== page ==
Saturday, April 21, 2007



I wake to a troubling e-mail this morning telling us that Mizuho, Art’s eldest brother is sick, but not to worry too much. We are taking the Shulmans to Shurijo Castle this morning and we meet them at their hotel as planned. The logistics of sightseeing with two families is proving challenging and we split into two taxis and are dropped off at the bottom of the wide promenade leading up to the castle entrance. Art is a knowledgeable guide and Annya suggests that we get him a flag to hold up for us all to follow. There are many large groups of Japanese tourists following obediently behind their flag waving guides. Helene’s foot is troubling her, making walking painful and our progress slow but we are able to rent a wheelchair when we reach the ticket kiosk at the castle entrance. The weather is overcast and it is drizzling ever so lightly. A small stage is set in the center of the castle courtyard and a traditional Okinawan Dance performance will start shortly. While Art and Michael buy tickets to tour the interior of the castle, I lead Helene to a chair in the courtyard and indicate to her to save the two adjacent seats. I spot another block of three seats elsewhere and hold these for Art and John. I’ve seen this dance performance before, but it’s good to be seated under a canvas tent, off of our feet and out of the rain. From the expression on Michael’s face, I surmise he is enjoying himself. It’s a 40 minute performance and half way into it, Helene leaves and enters a small information and rest center behind the stage. Art follows shortly and when I enter I find Helene reclined on a raised tatami bench, legs elevated and a dosen, formally dressed in a kimono serving her tea and offering her a pillow.

Before entering the formal rooms of Shurijo Castle, Art steps aside to call home and John and I hang back to wait with him. I watch Michael push a smiling Helene, on her rolling throne past the ticket gate into the inner courtyard. Within a minute, Art is connected to Mizuho’s daughter and his expression changes. I immediately know that the situation is serious. The phone call lasts only a few minutes, and I know by the tears in my husband’s eyes that his brother has died. Art disconnects and leans heavily into the stones of the castle walls.

Wondering where we are, Michael calls Art’s cell phone and we are brought back to the present. Art explains the situation, tells them to go on without us, and the three of us walk in a daze to a castle view point overlooking all of Naha. The drizzle has turned to rain and for a long time we stand in the shelter of a stone archway, gazing over the gray city and struggling to make sense of the news we have just received.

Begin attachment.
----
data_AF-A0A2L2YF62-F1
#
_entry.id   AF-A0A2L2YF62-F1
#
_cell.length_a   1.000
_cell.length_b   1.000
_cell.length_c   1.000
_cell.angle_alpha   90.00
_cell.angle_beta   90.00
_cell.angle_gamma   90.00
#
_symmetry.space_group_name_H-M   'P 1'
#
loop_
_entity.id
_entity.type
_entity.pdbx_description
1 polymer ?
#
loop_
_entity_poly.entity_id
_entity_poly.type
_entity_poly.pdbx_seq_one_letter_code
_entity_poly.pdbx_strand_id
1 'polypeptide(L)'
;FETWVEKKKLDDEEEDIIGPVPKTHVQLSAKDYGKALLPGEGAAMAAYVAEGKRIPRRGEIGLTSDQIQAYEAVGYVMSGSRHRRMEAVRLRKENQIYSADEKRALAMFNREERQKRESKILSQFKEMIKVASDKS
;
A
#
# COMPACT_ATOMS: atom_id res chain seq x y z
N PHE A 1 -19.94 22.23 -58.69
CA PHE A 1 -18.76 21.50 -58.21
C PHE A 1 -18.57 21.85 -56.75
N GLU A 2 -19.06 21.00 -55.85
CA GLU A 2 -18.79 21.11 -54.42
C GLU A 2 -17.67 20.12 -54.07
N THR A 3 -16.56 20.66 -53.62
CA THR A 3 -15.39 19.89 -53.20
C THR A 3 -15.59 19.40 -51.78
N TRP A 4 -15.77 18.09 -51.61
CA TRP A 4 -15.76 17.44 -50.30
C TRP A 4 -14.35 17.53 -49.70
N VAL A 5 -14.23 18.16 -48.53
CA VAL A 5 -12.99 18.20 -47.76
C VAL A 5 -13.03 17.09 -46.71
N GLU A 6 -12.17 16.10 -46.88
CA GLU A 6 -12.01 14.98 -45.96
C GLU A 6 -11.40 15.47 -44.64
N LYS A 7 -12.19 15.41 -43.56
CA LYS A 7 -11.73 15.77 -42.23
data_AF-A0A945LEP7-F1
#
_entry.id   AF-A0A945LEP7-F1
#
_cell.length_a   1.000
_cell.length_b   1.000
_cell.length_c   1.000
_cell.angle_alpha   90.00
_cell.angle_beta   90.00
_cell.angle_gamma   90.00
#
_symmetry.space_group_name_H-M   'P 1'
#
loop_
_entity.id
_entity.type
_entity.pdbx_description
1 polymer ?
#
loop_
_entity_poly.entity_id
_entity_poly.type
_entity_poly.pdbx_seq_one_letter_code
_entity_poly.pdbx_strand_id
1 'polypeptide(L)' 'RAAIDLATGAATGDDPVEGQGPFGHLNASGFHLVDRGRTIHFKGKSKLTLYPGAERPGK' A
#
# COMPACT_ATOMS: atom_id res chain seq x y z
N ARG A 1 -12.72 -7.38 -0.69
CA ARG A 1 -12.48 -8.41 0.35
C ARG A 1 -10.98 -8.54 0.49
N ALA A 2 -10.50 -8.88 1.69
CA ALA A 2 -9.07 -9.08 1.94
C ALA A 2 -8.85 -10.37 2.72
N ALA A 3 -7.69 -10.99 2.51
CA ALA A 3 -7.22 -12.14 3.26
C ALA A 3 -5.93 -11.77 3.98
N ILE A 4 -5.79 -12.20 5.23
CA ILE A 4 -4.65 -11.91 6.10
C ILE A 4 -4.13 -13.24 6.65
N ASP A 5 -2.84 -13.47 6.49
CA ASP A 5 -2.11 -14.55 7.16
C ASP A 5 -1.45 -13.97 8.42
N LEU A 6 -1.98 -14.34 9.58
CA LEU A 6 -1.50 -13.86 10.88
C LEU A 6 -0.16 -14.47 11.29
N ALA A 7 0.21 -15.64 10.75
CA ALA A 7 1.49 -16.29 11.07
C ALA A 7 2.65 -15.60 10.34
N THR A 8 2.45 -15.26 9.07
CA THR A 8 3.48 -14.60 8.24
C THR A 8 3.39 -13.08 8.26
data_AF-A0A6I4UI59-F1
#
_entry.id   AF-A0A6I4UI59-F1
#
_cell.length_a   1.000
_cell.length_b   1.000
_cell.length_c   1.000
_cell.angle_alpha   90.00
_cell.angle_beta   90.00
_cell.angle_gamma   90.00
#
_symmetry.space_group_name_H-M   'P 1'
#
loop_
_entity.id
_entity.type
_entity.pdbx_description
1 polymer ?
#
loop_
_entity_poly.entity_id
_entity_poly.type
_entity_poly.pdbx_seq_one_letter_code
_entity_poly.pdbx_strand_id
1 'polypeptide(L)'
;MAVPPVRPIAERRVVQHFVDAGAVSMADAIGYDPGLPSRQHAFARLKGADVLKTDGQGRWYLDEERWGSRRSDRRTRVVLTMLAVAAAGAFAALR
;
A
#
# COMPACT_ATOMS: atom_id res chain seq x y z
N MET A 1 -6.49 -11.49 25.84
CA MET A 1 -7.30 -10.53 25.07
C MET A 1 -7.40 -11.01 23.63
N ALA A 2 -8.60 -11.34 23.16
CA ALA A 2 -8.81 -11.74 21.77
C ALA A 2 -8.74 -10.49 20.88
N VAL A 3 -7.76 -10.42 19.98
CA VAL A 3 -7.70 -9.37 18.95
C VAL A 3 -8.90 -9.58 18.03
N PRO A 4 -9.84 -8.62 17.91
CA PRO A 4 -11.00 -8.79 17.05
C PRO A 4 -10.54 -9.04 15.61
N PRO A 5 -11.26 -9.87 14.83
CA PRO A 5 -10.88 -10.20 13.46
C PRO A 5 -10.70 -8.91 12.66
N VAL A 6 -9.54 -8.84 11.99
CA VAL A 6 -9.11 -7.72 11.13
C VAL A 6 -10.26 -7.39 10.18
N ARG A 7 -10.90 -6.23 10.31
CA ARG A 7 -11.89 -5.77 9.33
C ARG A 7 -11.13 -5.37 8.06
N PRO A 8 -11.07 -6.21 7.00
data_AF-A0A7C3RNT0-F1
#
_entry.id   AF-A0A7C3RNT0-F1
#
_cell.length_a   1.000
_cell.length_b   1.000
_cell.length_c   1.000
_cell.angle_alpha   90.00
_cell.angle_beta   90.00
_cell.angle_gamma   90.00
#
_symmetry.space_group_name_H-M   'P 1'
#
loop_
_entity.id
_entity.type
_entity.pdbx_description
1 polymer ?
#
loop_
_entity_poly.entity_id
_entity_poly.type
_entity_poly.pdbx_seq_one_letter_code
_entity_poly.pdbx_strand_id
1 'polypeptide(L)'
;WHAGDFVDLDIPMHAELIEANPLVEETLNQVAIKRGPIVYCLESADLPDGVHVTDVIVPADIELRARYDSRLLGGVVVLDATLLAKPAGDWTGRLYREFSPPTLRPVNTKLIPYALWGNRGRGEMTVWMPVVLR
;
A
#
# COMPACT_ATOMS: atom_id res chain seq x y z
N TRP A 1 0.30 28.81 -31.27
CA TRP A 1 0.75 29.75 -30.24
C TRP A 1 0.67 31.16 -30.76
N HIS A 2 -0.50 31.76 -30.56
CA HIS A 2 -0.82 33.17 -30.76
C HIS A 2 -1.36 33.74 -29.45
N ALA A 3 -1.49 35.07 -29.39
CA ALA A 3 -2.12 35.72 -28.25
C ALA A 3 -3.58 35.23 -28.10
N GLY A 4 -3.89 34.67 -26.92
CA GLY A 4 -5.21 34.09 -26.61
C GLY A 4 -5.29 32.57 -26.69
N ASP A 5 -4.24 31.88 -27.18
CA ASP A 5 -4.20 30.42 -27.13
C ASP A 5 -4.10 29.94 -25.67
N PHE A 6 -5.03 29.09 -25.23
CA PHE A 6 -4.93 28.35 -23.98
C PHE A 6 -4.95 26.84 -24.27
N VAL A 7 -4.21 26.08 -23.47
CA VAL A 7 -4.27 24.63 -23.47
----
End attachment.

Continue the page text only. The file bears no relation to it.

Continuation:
It’s long past lunch; we need to eat and we manage to reconnect with our friends. We walk with them through the lush, rain drenched park below the castle, to a traditional Okinawan restaurant that the three of us discovered on Valentines Day. The restaurant is in an old house, the veranda set around a traditional Japanese garden. Shojo screens open out onto the garden and we are seated in a tatami room on low stools around a rough hewn table. The menu is in kanji and Art does his best to translate the few simple options and orders for all of us. Annya, still sick, wants only miso soup and to return to their hotel. We return to our apartment, emotionally exhausted and with much to figure out.

We connect with our friends on Kokusai Street for a late dinner at “Sam’s Anchor Inn” restaurant. Art will be retuning home via L.A. as soon as possible and we promised John a farewell dinner here before returning home. There are many Sam’s Restaurants in greater Naha; each with a slightly different theme but the common dining experience is watching your chefs skillfully slice, prepare and cook your food on a center grill inset into your table. The six of us are seated in captain chairs around our grill table and our experience begins as our waitress, dressed in a sailor outfit presents us with over sized glossy drink menus. For the first time in 2 ½ months I peruse a menu with accurate English translations and pictures of exotic fruit and liquor cocktails’ served in curvaceous glasses, topped with skewered fruits and paper “umbrellas”. John orders a virgin cocktail which is delivered in a “take home” ceramic shark mug, a red plastic mermaid dangling from its jaws. Our shared flask of awamori is presented in a faux ceramic “dochi bin” which at the end of the evening we give to Michael and Helene to keep as a souvenir. We toast and talk about Mizuho.

Art is friends with the manager of Sam’s and has a coupon for “free” Shrimp cocktails. Six “fishbowls” with dry ice mist swirling blue inside the glass, are ceremoniously served to each of us. A shrimp plate sits atop each icy blue bubble sealing off the opening of the bowl. Salad and soup follow the shrimp cocktail, but the shrimp have stolen the show. Two chefs appear beside a rolling cart with our steaks, lobster, scallops and vegetables neatly arranged and ready to be grilled. John and Annya are captivated by the theatrics of their swirling knives as the chefs slice, juggle and flip the various meats and vegetables. The grill sizzles and steams, our mouths water and we are soon served our various orders. Dinner is good and the experience very fun; perhaps just what we needed to lighten our hearts and minds.

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